For decades, public health, the government, and the news media have preached the mantra of early detection, and spent millions of dollars to spread the word. Now, the hypothesis that increased screening at all costs, is vital to health and longevity is being questioned. Researchers and bioethicists are beginning to question the outcome vs. costs, and potential for harm vs. potential benefit. The United States Preventive Services Task Force now recommends that most women delay the start of routine mammograms until they are 50, rather than 40. It also recommended that women receive the test every two years rather than annually, and that physicians not train women to perform breast self-examination. They also recommend delaying Pap smears until age 21- regardless of sexual history, and then to be performed every three years from ages 21-65 (with adjustments for certain clinical considerations), asserting that mammograms and Pap smears can cause more harm than good for women of certain ages.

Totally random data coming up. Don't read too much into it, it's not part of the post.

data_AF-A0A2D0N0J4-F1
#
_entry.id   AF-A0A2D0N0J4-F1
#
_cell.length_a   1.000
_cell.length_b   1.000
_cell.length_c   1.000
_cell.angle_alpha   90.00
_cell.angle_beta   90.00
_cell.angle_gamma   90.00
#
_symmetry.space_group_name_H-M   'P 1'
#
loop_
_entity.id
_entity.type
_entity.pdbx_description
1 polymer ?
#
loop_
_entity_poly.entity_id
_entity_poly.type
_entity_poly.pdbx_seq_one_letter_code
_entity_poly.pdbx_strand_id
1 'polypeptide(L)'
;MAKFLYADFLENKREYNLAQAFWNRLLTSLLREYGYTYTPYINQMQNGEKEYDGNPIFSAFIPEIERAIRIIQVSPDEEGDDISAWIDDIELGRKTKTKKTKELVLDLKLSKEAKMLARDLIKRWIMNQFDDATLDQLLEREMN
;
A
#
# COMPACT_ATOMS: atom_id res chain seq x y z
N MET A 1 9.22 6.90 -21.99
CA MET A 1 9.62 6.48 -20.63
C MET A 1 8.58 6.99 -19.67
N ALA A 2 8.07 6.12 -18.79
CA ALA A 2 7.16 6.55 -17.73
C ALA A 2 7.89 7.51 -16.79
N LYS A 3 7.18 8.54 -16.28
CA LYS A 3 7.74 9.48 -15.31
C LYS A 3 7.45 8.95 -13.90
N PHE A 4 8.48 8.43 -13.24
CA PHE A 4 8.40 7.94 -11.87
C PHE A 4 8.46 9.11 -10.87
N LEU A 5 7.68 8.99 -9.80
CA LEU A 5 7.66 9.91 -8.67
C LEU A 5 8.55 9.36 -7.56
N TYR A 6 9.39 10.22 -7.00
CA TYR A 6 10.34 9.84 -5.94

As public health professionals, we realize the immense good that comes from health screenings, but we still have to weigh out the pros and cons, as well as potential ethical issues, which may become increasingly more salient with increased technological advances (an example would be genetic testing to assess disease risk and treatment options leading to the potential for rationing health care).